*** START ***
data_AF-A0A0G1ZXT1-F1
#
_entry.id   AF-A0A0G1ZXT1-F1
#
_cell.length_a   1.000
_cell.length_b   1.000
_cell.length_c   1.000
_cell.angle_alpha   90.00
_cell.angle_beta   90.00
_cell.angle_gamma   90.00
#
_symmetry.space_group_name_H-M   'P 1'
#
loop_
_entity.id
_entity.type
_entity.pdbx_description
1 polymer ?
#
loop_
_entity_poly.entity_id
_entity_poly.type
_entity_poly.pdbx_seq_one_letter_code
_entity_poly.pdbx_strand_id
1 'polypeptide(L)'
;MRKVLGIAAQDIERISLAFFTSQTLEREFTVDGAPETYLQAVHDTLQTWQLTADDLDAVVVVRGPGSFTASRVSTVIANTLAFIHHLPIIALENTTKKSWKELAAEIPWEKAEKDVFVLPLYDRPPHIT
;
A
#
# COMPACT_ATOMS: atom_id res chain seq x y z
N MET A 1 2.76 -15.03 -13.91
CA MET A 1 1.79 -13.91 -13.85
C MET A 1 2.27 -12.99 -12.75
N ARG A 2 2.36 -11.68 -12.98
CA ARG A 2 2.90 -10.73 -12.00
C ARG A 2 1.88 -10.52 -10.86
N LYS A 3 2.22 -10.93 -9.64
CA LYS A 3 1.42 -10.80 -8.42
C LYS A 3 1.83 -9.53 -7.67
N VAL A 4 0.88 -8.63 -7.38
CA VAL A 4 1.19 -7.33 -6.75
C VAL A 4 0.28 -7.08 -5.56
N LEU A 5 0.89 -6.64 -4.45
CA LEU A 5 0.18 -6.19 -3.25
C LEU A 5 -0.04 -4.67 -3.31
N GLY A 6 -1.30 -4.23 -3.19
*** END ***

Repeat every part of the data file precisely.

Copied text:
data_AF-A0A0G1ZXT1-F1
#
_entry.id   AF-A0A0G1ZXT1-F1
#
_cell.length_a   1.000
_cell.length_b   1.000
_cell.length_c   1.000
_cell.angle_alpha   90.00
_cell.angle_beta   90.00
_cell.angle_gamma   90.00
#
_symmetry.space_group_name_H-M   'P 1'
#
loop_
_entity.id
_entity.type
_entity.pdbx_description
1 polymer ?
#
loop_
_entity_poly.entity_id
_entity_poly.type
_entity_poly.pdbx_seq_one_letter_code
_entity_poly.pdbx_strand_id
1 'polypeptide(L)'
;MRKVLGIAAQDIERISLAFFTSQTLEREFTVDGAPETYLQAVHDTLQTWQLTADDLDAVVVVRGPGSFTASRVSTVIANTLAFIHHLPIIALENTTKKSWKELAAEIPWEKAEKDVFVLPLYDRPPHIT
;
A
#
# COMPACT_ATOMS: atom_id res chain seq x y z
N MET A 1 2.76 -15.03 -13.91
CA MET A 1 1.79 -13.91 -13.85
C MET A 1 2.27 -12.99 -12.75
N ARG A 2 2.36 -11.68 -12.98
CA ARG A 2 2.90 -10.73 -12.00
C ARG A 2 1.88 -10.52 -10.86
N LYS A 3 2.22 -10.93 -9.64
CA LYS A 3 1.42 -10.80 -8.42
C LYS A 3 1.83 -9.53 -7.67
N VAL A 4 0.88 -8.63 -7.38
CA VAL A 4 1.19 -7.33 -6.75
C VAL A 4 0.28 -7.08 -5.56
N LEU A 5 0.89 -6.64 -4.45
CA LEU A 5 0.18 -6.19 -3.25
C LEU A 5 -0.04 -4.67 -3.31
N GLY A 6 -1.30 -4.23 -3.19